ACPO Alley-gating Guide 2005/06

Research output: Working paper

Abstract

A Word about Gates Alleys (snickets, ginnels, backways) are particularly common in British industrial cities and were originally designed to allow access to the rear of properties by coalmen and refuse collectors. Although many alleys are no longer used for their original purpose, they are still useful to allow residents to access the rear of their properties without walking through their house. This can be particularly helpful when gardening or carrying out DIY. Alley-gating involves the installation of lockable gates across these alleys, preventing access to the alley for those without a key. Although predominantly a crime reduction measure, alley-gating has the potential to do more than reduce crime; it can increase community confidence, improve the aesthetic appearance of an area, re-invigorate schemes such as Residents' Associations and Neighbourhood Watch and reduce levels of worry and fear about crime and anti-social behaviour. Although it has the potential to achieve more than crime reduction, it should be stressed that alley-gating is a crime reduction measure, which is targeted at alleys which are experiencing high levels of crime and anti-social behaviour, or are being used to facilitate crime and disorder. It is not designed to limit freedom or constrain legitimate access. Although alley-gating does involve the installation of lockable gates, it is important that readers do not confuse alley-gating with gated communities. Alley-gating simply closes off the rear or side of properties for those without legitimate access. It does not create a closed community and people can still access the rest of the neighbourhood without using the alley. Alley-gates are rarely installed in alleys which are currently used as through routes, and where this is the case, detailed consideration is given towards the impact on existing users. Although gated communities involve the use of similar security measures, they are very different. Gated communities involve closing whole neighbourhoods to non-residents immediately creating a 'them' and 'us'. In gated communities non-residents are excluded from large spaces which had previously been public open spaces simply because they do not live within the community.
Original languageUndefined
Place of PublicationHuddersfield, UK
PublisherAssociation of Chief Police Officers
Publication statusPublished - 1 Feb 2006

Cite this

Armitage, R. (2006). ACPO Alley-gating Guide 2005/06. Huddersfield, UK: Association of Chief Police Officers.
Armitage, Rachel. / ACPO Alley-gating Guide 2005/06. Huddersfield, UK : Association of Chief Police Officers, 2006.
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Armitage, R 2006 'ACPO Alley-gating Guide 2005/06' Association of Chief Police Officers, Huddersfield, UK.

ACPO Alley-gating Guide 2005/06. / Armitage, Rachel.

Huddersfield, UK : Association of Chief Police Officers, 2006.

Research output: Working paper

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N2 - A Word about Gates Alleys (snickets, ginnels, backways) are particularly common in British industrial cities and were originally designed to allow access to the rear of properties by coalmen and refuse collectors. Although many alleys are no longer used for their original purpose, they are still useful to allow residents to access the rear of their properties without walking through their house. This can be particularly helpful when gardening or carrying out DIY. Alley-gating involves the installation of lockable gates across these alleys, preventing access to the alley for those without a key. Although predominantly a crime reduction measure, alley-gating has the potential to do more than reduce crime; it can increase community confidence, improve the aesthetic appearance of an area, re-invigorate schemes such as Residents' Associations and Neighbourhood Watch and reduce levels of worry and fear about crime and anti-social behaviour. Although it has the potential to achieve more than crime reduction, it should be stressed that alley-gating is a crime reduction measure, which is targeted at alleys which are experiencing high levels of crime and anti-social behaviour, or are being used to facilitate crime and disorder. It is not designed to limit freedom or constrain legitimate access. Although alley-gating does involve the installation of lockable gates, it is important that readers do not confuse alley-gating with gated communities. Alley-gating simply closes off the rear or side of properties for those without legitimate access. It does not create a closed community and people can still access the rest of the neighbourhood without using the alley. Alley-gates are rarely installed in alleys which are currently used as through routes, and where this is the case, detailed consideration is given towards the impact on existing users. Although gated communities involve the use of similar security measures, they are very different. Gated communities involve closing whole neighbourhoods to non-residents immediately creating a 'them' and 'us'. In gated communities non-residents are excluded from large spaces which had previously been public open spaces simply because they do not live within the community.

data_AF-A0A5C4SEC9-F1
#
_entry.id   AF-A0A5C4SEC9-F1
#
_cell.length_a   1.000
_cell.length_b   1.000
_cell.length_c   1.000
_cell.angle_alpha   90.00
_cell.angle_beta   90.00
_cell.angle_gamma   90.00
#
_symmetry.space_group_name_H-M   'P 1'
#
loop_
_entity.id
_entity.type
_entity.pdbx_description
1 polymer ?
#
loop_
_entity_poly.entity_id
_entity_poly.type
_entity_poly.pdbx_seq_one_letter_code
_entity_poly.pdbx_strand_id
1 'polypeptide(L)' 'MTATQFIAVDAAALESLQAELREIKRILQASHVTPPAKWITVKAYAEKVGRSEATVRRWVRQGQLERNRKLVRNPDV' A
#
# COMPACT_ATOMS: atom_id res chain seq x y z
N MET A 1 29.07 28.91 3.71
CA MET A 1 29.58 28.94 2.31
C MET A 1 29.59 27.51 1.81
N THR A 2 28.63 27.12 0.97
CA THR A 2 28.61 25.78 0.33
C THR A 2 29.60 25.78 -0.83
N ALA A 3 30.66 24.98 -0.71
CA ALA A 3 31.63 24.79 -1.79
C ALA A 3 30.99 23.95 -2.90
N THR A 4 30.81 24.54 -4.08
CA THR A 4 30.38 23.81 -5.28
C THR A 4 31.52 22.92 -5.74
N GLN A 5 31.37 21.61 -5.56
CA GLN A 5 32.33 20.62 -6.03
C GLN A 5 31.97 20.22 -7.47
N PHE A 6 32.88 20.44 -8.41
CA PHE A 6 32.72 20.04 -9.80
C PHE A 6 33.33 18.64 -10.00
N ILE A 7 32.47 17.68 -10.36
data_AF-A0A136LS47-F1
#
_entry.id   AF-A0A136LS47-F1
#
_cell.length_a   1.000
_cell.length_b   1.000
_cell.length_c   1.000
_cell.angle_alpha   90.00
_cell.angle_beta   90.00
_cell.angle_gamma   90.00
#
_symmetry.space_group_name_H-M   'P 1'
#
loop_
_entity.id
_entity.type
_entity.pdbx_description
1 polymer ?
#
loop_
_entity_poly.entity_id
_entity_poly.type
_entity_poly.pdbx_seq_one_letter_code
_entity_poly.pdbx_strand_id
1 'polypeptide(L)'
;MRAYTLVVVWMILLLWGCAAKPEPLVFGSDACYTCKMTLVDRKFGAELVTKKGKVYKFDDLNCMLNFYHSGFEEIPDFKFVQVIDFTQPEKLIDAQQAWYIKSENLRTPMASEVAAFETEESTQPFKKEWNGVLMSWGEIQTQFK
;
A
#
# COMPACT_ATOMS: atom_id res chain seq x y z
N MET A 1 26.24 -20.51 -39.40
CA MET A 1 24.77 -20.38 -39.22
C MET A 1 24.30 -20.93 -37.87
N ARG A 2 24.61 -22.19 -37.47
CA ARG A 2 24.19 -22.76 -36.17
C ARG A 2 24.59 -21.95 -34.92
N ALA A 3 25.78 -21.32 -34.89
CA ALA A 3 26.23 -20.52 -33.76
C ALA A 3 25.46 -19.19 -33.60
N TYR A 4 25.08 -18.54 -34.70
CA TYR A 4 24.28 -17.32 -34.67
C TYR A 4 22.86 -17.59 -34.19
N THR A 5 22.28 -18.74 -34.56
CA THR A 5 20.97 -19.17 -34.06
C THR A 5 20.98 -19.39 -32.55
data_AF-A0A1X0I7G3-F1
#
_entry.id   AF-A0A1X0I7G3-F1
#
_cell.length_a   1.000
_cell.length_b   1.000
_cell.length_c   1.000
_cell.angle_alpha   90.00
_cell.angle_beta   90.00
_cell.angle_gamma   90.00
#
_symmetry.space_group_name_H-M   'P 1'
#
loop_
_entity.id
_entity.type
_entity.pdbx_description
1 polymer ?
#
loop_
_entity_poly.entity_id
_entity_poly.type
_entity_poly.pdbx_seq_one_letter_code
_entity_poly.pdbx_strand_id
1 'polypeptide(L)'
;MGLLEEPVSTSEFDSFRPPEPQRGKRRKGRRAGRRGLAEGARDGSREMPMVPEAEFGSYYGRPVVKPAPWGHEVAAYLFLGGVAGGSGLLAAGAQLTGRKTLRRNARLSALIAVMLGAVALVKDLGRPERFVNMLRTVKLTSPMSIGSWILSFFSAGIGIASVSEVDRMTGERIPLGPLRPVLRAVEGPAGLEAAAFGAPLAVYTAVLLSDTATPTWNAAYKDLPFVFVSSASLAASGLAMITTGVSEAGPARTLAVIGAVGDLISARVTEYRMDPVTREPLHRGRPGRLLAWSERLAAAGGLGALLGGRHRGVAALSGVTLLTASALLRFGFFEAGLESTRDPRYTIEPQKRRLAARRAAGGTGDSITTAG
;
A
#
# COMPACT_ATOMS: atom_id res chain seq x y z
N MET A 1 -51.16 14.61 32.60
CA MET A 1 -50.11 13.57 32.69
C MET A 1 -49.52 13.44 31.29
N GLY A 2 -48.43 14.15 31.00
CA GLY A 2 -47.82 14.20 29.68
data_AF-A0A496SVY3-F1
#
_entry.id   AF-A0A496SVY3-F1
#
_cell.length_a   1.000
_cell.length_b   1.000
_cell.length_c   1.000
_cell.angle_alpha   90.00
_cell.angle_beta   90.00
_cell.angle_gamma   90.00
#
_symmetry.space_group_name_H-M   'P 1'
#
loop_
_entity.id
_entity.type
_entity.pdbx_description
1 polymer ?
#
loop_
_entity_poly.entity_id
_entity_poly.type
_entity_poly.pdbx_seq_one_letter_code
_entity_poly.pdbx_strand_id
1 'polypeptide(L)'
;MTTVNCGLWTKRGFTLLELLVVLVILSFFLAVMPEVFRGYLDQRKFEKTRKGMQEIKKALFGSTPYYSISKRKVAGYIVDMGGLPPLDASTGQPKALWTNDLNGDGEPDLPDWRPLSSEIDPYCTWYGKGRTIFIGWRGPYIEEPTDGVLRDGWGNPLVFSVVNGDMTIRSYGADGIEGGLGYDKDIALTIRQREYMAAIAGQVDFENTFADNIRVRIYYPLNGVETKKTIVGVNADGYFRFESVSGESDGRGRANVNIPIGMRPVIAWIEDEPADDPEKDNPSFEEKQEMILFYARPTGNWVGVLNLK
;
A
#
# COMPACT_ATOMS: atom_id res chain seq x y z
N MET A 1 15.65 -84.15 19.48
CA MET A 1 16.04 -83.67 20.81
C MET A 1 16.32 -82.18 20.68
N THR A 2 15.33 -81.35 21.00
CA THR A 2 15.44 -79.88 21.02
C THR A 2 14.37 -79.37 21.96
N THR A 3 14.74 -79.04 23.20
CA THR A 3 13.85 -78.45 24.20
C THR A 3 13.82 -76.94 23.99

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Armitage R. ACPO Alley-gating Guide 2005/06. Huddersfield, UK: Association of Chief Police Officers. 2006 Feb 1.